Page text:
Five steps to setting your financial goals

Friday January 5 2018

What do your goals for this year look like? Setting tangible and realistic goals is an important step toward becoming financially secure. PHOTO| FILE| NATION MEDIA GROUP

What do your goals for this year look like? Setting tangible and realistic goals is an important step toward becoming financially secure. PHOTO| FILE| NATION MEDIA GROUP 

By WACEKE NDUATI OMANGA
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The festive season is over and most of us are back to work and real life. What do your goals for this year look like? Setting tangible and realistic goals is an important step toward becoming financially secure. If you haven’t set them, it is time to do so. Here are some pertinent questions to ask yourself as you do so.

 

1. How will your income increase?  It’s okay to write down how much you will save or invest but how will this get done if you are not planning to make more money?

You cannot grow financially by constantly earning the same amount of money year in year out.

You may be earning a salary and believe that this is not in your control. After all it is your employer who decides. Look at the role you are playing at work.

What do you need to achieve to earn more? What targets need to be met?  What value can you provide? What opportunities exist for you to go the extra mile? Have a strategy for your job so that an increase or bonus can be justified. Income can also be increased by putting a skill you have to good use.

Maybe you can cook, paint, bake, write, sing... Perhaps it’s even things you have been doing for free for friends and family.  You can also do certain investments that can give you an income.

 

2. What assets are you building? 

Too often when we start a New Year, people give vague statements about how they will save or invest more. Look at your portfolio and decide what it will look like by the end of the year.  Do you intend to invest in shares, land, business, bonds, among others. Here is the trick with assets. Start learning, doing the research and reading even before you buy it. You become an investor first by acquiring an investment mindset.  More money doesn’t necessarily make you an investor. If you want to own land, spend your weekends visiting various areas. If you want to start a business, learn what it takes to run a business.

 

3. How will you get out of debt? 

Look at your loans and make a plan to reduce or eliminate them.  There’s only one way to get out of debt.  By paying it back. So the more important thing to figure out is where to get the money to pay it back. Avoid borrowing from Peter to pay Paul. Make a mental note to not borrow especially for consumption purposes. Leave that credit card at home. Cut back your expenses and use that to pay off your loans or as I have already mentioned, figure out how to make more money. Some of us may not be feeling much strain over our debt. You may be in what I call comfortable debt. You may have a car loan, business loan or mortgage that you are servicing without much headache.  However, if you lost your source of income it would be a problem.  So while you are in a fairly stress free place, commit to reducing this debt as much as possible.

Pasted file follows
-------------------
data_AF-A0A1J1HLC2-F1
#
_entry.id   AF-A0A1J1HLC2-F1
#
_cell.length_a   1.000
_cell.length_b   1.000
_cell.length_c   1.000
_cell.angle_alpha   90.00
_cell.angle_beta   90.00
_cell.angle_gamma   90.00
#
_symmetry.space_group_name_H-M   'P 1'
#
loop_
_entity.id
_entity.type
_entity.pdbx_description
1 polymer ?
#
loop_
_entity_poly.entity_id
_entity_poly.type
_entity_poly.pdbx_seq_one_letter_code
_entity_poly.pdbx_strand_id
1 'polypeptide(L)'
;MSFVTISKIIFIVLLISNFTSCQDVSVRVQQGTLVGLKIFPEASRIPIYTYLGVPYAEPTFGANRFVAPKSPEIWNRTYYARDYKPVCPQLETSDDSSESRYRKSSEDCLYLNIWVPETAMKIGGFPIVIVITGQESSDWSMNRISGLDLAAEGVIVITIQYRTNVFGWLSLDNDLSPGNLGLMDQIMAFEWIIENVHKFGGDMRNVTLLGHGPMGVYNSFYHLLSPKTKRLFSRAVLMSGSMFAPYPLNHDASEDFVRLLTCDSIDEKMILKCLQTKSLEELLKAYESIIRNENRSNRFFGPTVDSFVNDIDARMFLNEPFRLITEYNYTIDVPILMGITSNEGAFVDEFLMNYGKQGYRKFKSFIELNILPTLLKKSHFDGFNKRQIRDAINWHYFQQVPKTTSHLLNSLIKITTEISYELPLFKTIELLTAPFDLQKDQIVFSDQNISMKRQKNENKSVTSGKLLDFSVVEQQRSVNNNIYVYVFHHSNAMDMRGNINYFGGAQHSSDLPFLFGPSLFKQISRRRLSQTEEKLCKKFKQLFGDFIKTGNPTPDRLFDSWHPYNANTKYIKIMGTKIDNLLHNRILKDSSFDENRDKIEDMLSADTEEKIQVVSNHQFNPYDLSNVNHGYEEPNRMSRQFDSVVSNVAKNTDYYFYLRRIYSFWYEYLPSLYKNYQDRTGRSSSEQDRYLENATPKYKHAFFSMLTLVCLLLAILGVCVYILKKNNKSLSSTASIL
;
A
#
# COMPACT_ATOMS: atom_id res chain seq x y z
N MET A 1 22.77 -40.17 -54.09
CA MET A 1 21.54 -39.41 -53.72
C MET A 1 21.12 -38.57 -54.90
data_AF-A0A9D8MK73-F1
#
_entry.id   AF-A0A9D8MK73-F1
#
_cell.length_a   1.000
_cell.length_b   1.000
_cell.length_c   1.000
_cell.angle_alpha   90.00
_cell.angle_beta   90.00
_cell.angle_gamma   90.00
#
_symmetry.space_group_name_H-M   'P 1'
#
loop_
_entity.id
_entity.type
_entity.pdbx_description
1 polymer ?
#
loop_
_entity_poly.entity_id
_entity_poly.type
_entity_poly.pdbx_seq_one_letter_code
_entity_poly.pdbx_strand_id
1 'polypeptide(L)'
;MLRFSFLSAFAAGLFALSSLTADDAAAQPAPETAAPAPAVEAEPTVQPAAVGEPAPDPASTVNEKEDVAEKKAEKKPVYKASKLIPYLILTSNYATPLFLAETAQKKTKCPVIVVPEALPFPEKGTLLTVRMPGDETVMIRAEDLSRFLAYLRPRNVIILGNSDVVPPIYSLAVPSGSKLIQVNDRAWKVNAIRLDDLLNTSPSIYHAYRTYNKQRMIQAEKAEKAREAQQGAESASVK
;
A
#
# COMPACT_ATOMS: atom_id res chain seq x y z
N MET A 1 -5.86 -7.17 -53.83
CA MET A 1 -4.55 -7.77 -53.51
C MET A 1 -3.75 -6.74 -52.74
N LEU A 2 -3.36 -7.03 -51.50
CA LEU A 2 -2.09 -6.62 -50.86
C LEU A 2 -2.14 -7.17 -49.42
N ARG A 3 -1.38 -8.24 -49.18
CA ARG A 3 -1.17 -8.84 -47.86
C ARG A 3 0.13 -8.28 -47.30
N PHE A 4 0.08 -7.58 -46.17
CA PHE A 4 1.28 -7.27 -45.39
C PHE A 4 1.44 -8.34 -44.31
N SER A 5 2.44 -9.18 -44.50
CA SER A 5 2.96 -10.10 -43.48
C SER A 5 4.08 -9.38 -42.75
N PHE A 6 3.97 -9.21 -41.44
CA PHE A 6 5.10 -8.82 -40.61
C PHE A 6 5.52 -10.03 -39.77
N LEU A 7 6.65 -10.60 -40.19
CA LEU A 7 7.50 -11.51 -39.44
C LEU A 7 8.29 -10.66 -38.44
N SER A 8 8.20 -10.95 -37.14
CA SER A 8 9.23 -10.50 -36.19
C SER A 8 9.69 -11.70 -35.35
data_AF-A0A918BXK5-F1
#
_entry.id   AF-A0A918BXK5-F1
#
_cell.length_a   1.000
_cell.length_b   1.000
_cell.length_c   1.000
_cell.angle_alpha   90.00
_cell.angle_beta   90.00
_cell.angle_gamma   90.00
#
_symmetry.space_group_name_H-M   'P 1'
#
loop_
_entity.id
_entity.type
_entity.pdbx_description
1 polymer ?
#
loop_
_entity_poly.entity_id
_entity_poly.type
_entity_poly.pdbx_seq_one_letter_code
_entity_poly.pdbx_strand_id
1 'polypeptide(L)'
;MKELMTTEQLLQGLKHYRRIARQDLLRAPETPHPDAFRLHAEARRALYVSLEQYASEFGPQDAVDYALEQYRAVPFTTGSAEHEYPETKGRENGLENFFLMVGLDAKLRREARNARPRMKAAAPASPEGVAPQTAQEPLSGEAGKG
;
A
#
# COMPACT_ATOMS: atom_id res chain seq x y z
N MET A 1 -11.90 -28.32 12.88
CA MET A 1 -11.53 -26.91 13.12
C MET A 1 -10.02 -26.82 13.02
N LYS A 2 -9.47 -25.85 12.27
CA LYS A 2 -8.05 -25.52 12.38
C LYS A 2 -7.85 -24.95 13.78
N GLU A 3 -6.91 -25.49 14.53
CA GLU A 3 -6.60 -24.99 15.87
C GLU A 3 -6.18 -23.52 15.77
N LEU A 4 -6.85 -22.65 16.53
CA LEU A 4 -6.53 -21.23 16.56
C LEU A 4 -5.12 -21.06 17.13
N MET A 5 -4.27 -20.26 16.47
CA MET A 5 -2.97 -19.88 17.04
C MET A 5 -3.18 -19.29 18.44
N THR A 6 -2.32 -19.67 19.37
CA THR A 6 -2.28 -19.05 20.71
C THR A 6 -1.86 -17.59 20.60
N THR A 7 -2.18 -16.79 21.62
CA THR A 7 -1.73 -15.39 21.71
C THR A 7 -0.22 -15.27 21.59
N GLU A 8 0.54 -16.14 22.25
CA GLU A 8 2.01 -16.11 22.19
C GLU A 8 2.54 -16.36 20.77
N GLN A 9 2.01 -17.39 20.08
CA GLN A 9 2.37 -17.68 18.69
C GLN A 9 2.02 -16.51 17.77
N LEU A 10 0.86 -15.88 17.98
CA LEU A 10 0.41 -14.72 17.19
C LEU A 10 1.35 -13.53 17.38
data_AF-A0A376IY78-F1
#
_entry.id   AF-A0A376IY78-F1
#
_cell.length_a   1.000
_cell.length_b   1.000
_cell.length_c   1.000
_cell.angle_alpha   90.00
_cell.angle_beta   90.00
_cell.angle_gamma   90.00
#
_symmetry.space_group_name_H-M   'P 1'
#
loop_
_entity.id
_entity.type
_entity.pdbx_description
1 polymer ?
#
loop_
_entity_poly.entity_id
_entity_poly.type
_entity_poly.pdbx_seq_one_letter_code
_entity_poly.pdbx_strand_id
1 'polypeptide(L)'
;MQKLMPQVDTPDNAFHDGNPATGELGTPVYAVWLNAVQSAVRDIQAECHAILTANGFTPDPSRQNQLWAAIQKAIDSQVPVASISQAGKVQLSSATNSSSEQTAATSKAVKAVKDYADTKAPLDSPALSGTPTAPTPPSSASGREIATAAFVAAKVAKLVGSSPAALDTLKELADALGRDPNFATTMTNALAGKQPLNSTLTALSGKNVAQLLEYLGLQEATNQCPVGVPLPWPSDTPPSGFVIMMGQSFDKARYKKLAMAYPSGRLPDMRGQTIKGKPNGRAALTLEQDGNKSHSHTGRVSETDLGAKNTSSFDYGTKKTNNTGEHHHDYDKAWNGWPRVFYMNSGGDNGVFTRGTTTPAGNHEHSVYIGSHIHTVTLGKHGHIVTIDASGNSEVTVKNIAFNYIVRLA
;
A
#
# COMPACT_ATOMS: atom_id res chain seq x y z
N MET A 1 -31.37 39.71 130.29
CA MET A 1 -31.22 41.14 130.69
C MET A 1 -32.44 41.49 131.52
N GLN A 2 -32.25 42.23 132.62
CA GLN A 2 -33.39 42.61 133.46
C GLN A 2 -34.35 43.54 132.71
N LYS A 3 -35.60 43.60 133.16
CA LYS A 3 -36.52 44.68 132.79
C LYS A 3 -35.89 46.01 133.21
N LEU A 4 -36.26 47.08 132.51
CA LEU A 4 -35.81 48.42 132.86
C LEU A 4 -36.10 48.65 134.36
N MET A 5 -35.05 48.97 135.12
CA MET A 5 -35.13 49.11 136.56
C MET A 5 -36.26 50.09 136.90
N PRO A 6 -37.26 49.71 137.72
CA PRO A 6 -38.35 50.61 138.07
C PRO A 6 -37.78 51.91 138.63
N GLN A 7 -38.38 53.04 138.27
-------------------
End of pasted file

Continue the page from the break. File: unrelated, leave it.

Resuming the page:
4. Do you have an emergency fund? 

If you lost your source of income, can you survive three to six months as you look for another job or figure out your next plan. If not, create one. This can be as simple as a separate savings account.  Over time, build it to have enough funds to sustain you for that period or even more. So if spend Sh100, 000 per month, aim to have three to six hundred thousand shillings in that account. Apart from sustaining your life, there are other emergencies this fund can be used for.  Your car can get hit or a medical situation in the family not covered by insurance. This fund will stop you from borrowing to cover these expenses. Any time you dip into it for these emergencies make sure you replenish it.

 

5. What key life events do you need to be prepared for?

Everybody will retire at some point. It may not mean you will stop working completely but you may slow down. What pays for college education? Decide which investments will intentionally go towards these events. You may need to take care of your parents at some point or have a medical situation. A life event that we will also all face is death. Can your financial information be accessed by family members? Maybe it’s time to write that will.

As you write down the answers to these five questions keep note of the actions that need to happen. Let your finances become an intentional part of your life this year.

 

Waceke runs programs on Personal Finance and Entrepreneurship. Get in touch with her on [email protected]

 

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